The US House Judiciary Committee passed a bill on Wednesday to urge the US to designate the Muslim Brotherhood as a foreign terrorist organization.
Congressman John Conyers, opposing the legislation, stated the measure was in consequence of an ongoing Islamophobia in the US.
Conyers said not enough research was made to call the Muslim Brotherhood as a terrorist organization and added that the committee put forth the bill "without holding a single hearing and without considering the serious diplomatic and foreign policy ramifications of our action".
"I fear that this bill appeals to our base fears. Islamophobia may be good politics - time will tell - but it is certainly not good policy. It does not serve our national security or foreign policy interests,” he said.
The bill, which passed easily by a 17-10 vote, also calls sanction on the Muslim Brotherhood.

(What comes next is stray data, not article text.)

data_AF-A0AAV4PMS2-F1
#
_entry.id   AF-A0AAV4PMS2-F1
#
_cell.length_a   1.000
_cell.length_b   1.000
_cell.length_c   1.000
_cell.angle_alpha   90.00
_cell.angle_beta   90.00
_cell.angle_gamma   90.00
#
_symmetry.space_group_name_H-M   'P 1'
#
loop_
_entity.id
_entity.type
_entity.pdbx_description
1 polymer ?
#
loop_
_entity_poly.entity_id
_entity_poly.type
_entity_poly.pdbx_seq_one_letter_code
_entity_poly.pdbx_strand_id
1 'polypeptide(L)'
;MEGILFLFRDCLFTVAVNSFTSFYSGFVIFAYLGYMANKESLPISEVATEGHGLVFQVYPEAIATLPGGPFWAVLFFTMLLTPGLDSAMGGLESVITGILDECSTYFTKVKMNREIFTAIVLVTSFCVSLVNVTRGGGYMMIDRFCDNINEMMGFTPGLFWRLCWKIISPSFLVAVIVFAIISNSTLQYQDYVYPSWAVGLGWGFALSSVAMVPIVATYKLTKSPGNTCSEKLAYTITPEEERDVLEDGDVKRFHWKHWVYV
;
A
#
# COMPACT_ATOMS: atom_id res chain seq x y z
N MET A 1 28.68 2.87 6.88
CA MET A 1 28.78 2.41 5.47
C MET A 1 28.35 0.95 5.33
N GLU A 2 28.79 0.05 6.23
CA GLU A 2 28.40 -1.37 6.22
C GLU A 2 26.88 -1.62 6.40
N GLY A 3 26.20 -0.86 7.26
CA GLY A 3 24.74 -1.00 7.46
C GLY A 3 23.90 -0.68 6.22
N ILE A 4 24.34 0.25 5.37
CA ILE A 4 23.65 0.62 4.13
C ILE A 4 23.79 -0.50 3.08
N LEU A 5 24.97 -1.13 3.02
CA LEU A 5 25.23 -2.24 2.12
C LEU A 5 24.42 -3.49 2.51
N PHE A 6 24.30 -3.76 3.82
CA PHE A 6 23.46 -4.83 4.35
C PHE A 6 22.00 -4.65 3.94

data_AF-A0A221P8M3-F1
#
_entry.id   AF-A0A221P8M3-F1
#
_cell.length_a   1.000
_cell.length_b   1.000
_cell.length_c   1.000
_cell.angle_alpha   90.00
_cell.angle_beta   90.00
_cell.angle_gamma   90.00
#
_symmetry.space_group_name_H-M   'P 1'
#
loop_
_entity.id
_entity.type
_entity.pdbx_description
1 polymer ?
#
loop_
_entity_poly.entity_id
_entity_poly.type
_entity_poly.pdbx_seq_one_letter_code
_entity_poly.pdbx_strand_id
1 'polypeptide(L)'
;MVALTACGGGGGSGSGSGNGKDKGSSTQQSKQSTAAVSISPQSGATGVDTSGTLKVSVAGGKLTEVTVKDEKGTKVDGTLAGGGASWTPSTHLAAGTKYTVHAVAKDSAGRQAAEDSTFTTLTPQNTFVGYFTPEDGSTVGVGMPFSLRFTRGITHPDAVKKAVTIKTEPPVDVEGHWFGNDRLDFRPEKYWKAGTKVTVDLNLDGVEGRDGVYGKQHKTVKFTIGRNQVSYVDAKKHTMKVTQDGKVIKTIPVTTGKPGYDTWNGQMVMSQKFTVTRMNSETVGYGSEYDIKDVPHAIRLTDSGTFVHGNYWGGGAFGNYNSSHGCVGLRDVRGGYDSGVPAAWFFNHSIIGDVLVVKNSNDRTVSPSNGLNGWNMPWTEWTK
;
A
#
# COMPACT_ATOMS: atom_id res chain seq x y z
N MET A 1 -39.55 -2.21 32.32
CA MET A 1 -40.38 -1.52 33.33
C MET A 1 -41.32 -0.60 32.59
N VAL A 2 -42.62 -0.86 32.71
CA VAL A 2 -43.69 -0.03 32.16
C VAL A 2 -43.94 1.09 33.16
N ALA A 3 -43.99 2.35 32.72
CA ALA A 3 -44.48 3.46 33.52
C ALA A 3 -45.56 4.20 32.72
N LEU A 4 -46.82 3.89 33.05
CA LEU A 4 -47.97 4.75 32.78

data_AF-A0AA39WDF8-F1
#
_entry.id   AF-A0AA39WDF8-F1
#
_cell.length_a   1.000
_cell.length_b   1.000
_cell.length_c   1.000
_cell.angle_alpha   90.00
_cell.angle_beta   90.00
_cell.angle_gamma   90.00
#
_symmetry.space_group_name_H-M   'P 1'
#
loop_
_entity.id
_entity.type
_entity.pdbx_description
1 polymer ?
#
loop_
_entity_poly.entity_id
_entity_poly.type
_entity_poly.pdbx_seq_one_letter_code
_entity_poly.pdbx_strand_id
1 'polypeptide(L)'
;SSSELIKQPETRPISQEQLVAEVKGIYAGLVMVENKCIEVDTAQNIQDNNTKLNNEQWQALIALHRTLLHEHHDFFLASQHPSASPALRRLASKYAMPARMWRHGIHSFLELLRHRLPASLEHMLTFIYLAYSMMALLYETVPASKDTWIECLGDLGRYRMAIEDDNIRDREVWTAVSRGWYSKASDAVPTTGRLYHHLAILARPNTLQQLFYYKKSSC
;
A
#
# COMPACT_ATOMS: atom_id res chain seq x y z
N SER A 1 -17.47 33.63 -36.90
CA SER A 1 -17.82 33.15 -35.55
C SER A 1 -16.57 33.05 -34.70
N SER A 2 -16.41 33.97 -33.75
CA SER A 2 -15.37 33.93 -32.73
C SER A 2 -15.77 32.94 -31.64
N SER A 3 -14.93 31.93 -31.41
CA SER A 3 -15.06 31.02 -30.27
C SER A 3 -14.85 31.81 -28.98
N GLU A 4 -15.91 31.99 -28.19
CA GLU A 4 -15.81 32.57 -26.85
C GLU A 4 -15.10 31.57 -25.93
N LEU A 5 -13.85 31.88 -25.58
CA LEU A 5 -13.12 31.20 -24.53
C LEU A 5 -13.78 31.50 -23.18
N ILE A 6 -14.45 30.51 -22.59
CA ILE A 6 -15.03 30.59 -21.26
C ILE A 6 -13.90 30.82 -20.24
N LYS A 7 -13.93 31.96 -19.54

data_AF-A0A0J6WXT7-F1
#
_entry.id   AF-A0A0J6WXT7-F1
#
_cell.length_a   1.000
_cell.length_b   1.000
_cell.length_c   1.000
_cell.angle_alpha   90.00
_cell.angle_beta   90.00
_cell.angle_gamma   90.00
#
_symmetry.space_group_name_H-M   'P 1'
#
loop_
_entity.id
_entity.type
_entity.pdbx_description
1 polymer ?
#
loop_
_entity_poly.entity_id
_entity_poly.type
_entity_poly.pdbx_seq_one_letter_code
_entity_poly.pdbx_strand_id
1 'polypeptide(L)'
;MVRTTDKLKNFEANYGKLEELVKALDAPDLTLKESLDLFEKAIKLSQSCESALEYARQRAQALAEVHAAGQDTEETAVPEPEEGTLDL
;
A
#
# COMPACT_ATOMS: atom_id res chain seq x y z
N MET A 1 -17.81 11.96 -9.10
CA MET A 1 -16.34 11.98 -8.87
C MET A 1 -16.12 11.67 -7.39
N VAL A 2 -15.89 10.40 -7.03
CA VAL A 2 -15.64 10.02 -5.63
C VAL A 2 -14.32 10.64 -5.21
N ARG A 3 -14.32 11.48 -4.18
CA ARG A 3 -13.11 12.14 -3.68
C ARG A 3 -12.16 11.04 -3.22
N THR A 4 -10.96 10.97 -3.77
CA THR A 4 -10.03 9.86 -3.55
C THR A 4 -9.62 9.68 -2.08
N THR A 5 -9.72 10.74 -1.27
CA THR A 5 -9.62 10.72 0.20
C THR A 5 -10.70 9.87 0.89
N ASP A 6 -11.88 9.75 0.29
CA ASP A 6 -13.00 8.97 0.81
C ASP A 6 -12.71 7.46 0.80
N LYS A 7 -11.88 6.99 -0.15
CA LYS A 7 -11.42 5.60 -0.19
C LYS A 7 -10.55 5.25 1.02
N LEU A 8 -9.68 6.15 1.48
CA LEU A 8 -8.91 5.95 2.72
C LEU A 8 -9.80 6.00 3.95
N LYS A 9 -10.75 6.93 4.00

"The United States must recognize and sanction the Muslim Brotherhood as a terrorist organization as part of our national security strategy," Rep. Diaz-Balart, who sponsored the bill.
Mongi Dhaouadi of the Center for the Study of Islam and Democracy, a Washington think-tank, said "We don't know exactly who is behind this... But we definitely think that Sisi's lobbying [for] it, possibly the UAE is behind it."
The UAE defined the organization as a terrorist group in late 2014.
If the bill passes by a simple majority in the House, it will move to the Senate.
As soon as both chambers pass the bill, President Barack Obama will have 10 days to ratify or veto the legislation.
The State Department will evaluate the bill within 60 days whether to agree on it.
If it decides not to add it in the terrorist organization list, it will have to explain a "detailed justification as to which criteria have not been met," the bill said.